1. Everybody knows everybody. Without exception. There may be one degree of separation.
2. Regardless of the event, whether it is your kindergarten graduation or the inauguration of a new president or your wedding, the ceremonies are the same. The music you play, the speeches given, the dress code (preferably t-shirt and jeans, you can get away with a button-down and jeans, but never, never wear a tie) are all carbon copies.
The casual yet intimate way Israelis interact contributes to just about every aspect of life in Israel. It explains why you don’t have to be creeped out by the 60-year-old man who wants to buy you a falafel when you’re dressed in uniform. He just wants to reminisce about his days in the army. It also helps to explain why Israelis squabble like cousins: we pretty much all are.
This also feeds, unfortunately, into the political system. In a few short weeks, Israelis will hit their polling booths and elect the 20th Knesset. In the run-up to the elections, political parties have turned to social media and videos in unprecedented ways. Two early contributions, one released by Benjamin Netanyahu’s Likud party and one by Isaac Herzog and Tzipi Livni’s joint Labor-Hatnua list, campaigning under the name “Zionist Camp,” illustrated just how personal and vicious these parties can get. Where American campaigns usually blame PACs or supporters for the more vitriolic campaign attacks, Israeli parties’ attacks come from the party themselves.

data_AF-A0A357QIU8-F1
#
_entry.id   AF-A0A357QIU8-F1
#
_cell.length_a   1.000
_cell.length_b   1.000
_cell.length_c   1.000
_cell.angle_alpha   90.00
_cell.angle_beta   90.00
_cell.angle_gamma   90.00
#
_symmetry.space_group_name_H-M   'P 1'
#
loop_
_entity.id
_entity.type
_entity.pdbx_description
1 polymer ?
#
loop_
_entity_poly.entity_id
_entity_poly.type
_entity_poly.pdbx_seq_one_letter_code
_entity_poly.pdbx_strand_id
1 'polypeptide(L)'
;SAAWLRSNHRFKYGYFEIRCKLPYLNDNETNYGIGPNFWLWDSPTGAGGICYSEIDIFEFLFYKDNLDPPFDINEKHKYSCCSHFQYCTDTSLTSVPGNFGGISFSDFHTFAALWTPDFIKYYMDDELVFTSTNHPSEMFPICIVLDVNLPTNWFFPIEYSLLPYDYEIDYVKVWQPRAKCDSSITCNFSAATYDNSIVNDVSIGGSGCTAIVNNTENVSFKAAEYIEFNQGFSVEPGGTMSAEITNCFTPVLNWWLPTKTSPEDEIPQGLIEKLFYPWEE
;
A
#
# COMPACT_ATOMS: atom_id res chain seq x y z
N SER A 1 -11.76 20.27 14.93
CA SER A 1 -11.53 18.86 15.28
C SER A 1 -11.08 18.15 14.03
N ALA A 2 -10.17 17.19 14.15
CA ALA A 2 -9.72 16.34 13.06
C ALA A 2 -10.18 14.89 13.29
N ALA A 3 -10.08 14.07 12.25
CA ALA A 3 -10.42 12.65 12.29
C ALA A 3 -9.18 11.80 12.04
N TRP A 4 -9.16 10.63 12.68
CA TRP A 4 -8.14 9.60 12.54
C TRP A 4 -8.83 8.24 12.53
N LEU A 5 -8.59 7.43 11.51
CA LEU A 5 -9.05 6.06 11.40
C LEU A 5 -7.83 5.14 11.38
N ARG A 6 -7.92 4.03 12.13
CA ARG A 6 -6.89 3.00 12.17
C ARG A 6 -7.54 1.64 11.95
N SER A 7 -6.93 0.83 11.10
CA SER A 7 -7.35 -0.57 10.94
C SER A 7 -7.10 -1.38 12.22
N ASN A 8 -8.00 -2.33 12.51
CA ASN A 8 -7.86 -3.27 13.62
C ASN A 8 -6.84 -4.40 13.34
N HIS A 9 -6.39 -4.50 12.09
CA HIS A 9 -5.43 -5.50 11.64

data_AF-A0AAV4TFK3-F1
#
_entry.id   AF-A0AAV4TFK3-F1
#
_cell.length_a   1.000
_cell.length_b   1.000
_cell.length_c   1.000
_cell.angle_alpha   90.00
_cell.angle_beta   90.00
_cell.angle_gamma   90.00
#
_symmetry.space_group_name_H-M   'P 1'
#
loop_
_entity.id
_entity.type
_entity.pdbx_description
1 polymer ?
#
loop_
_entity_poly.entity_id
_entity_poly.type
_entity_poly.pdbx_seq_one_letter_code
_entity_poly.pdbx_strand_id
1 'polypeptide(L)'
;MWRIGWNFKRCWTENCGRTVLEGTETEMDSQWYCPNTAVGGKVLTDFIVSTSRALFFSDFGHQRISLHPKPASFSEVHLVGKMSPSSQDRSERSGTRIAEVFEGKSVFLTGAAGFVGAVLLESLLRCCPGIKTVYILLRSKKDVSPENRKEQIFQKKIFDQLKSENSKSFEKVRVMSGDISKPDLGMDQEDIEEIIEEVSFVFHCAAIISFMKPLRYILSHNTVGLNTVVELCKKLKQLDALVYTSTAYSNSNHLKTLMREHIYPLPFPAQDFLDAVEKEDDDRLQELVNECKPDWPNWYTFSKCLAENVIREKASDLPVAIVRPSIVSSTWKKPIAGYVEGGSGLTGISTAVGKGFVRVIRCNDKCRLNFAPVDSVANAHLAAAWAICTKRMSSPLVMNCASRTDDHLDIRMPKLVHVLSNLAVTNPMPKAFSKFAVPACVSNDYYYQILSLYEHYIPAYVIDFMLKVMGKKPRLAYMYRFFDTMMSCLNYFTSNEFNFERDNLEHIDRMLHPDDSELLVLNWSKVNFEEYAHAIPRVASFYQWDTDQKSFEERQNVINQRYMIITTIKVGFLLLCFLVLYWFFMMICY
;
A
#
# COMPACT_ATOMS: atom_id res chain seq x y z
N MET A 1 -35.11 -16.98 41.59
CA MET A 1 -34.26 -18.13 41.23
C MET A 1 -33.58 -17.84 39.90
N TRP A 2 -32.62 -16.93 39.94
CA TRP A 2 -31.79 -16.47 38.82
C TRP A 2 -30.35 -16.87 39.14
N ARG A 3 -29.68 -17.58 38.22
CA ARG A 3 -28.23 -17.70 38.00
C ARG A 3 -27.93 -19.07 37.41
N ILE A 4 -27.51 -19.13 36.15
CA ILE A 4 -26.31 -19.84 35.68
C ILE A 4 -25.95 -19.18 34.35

In a video which was banned by Israel’s Central Elections Committee, Likud head Bibi Netanyahu attempts to calm a preschool of misbehaving children meant to portray other party leaders – Bayit Yehudi’s Naftali Bennett, Yesh Atid’s Yair Lapid, Yisrael Beitenu’s Avigdor Liberman, and Hatnua’s Tzipi Livni – with the implication that they would be incapable of running a country. The child-free version of the ad depicts Bibi as a babysitter.
A few days later, Labor-Hatnua responded with a video depicting Netanyahu browsing the popular dating site Tinder. He matches with rightwing Bayit Yehudi’s Bennett. The chat that ensues attempts to show similarities between the two candidates and highlights both men’s rightwing ideologies – support for settlements in the West Bank, Bennett’s vocal opposition to same-sex marriage, and closes with a dig that Bibi benefitted politically from the assassination of Yitzhak Rabin.
However, in a few short weeks, when a coalition must be built, these parties are likely to set their differences aside for political gains. Besides, they’ll probably have to sit around a Seder table together soon.
Merav Ceren was born in Israel, grew up in Southern California, and has now returned home. She holds a BA in International Relations from UCI, where she led the re-establishment of Anteaters for Israel, and is pursuing her Masters in International Relations from Syracuse University.